Starting at 1st level, you are always three steps ahead in combat, granting you an edge that always leads to victory. Foes are completely unable to gain advantage against you for the first round, and you are unable to gain disadvantage for the first round of combat.

Monk Styles[edit]

At 2nd level, you have knowledge on multiple ways to damage foes. Your fists count as both light and finesse weapons. You gain various benefits when doing specific types of damage. There are four options, but only choose two. Entering a style is free for the first instance, but changing styles will cost a bonus action.

Slasher: Choosing the slashing style allows for you to enhance any slashing damage done to enemies. If chosen, you can enhance your slashing damage with the modifier of an extra ability score of choice as a passive. For example, you could add your Constitution Modifier for bonus damage on slashing attacks.

Duelist: As a Duelist, any piercing damage done to opponents is enhanced. When hitting an enemy with a piercing attack– you may roll to hit them again with another piercing attack.

Boxer: Choosing the Boxer style allows for any bludgeoning damage done to be upgraded. When performing unarmed strikes that do bludgeoning damage, force opponents into a save. If they fail, they’re knocked prone.

Esper: As an Esper, any psychic damage done to enemies is amplified greatly. Doing psychic damage to enemies typically allows for the bypassing of resistances, as it isn’t a common resistance to have. If opponents don’t have resistance, deal 1.5x damage.


Starting at 2nd Level, the path of retribution leads you to new capabilities. You may begin a battle with a single point. Each time you strike a foe or take a hit from one, you gain a Karma point. For criticals, you gain two Karma points. The maximum amount of Karma that you can hold is equal to 8 + Dexterity Modifier.

You always start the first round of initiative (beginning of fights) with 0 stacks of Karma, resetting whenever you enter a new fight, but staying with until that happens.

Karmic Powers
Your betrayal of your monk code has led to the awakening of new techniques, meant to aid you on your road to vengeance. Initially, you can learn 4 of these and obtain a new Karmic Power with each subclass feature you obtain (Lvls: 3, 6, 10, 14, 18). At Level 19, you learn all of these which means you can use any of them; however, you cap at 10 at once and can only swap out after taking a short or long rest.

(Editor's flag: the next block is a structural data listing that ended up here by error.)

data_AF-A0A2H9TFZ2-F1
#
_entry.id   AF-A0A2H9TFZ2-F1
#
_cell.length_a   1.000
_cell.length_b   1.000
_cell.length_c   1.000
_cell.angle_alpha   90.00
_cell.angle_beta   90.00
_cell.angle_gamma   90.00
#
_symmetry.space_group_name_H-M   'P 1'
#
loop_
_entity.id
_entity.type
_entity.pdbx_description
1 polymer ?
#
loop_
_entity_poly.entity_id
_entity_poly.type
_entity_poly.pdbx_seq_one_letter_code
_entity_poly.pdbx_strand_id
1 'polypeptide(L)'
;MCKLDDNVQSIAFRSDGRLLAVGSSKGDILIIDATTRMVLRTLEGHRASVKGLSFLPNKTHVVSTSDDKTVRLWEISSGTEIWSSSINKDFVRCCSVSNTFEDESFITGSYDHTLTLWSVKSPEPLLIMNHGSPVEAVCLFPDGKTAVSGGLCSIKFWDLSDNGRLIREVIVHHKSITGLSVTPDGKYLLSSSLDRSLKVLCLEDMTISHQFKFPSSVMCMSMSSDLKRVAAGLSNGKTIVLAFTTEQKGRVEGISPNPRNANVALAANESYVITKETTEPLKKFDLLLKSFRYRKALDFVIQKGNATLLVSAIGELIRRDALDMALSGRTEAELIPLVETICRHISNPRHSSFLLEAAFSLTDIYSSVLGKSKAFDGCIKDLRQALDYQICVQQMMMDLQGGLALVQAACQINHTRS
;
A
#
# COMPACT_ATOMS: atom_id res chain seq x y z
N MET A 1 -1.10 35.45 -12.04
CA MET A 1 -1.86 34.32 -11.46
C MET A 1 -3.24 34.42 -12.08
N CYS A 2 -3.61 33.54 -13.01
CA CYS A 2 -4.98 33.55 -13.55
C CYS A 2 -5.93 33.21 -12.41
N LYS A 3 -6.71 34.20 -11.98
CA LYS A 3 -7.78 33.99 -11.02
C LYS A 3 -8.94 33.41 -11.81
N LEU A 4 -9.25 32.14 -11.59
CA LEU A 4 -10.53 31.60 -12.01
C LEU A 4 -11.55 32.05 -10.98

Determined: You are determined to avenge your friends and family, pushing beyond any obstacles that may be ahead. When being attacked, you can expend a Karma point and a reaction to perform a dodge against an attack, this is rolled via an acrobatics check against the roll to hit you.

Dissuasion: As an Ex-Monk, your capabilities are widely known. Enemies are weary of you and your skills. You can expend a Karma point as a reaction to impose disadvantage upon enemies for a singular instance/action.

Immovable: Your will is unwavering and your body is immovable. You may expend a Karma point to avoid getting knocked prone or moved by an attack imposed by an enemy.

Clear Mind: As an Ex-Monk, your level of mental fortitude is unmatched. You can expend two Karma points as an action to clear a single status effect, debuff or disadvantage that may be imposed onto you.

Reinforcement: Your body is at its peak, the only way to push it further is through unnatural means. Using a Karma point and a bonus action, you may create a guard around yourself which consists of 10 Temporary Hit Points. For every Karma point invested, 10 Hit Points can be added to this pool.

Calculated Approach: When you hit an opponent, expend an stack of Karma to make a daunting taunt against your enemies, and cause any opponent within your speed's range into a Wisdom Save. If they fail, they will be forced to move as close as possible and attack with disadvantage. If the enemy has already moved their max speed but isn't near you, then they will take a ranged attack with disadvantage instead. Afterward, you are able to immediately follow up to return the favor with any attack at your disposal with advantage. If you leave the reach of the person you hit on your recent turn, they can't hit you with opportunity strikes; however, if someone else is near then they can.

Resist: The images of your fallen comrades stain your mind and strengthen your will. For one Karma, you may gain resistance to a single damage type for a minute.

Vengeful: On hit, you can choose to expend a Karma point to increase your damage rolls by one. (1d2>>2d2) This can be used up to your proficiency bonus at once, so a 1d2 could only be increased to a 6d2 if your proficiency bonus was equal to 5.

Corruption: For breaking your vow of peace, you are viewed as a corrupted monk. You may expend a Karma point to apply a poisoning effect to one of your attacks, requiring a successful con save to avoid being poisoned.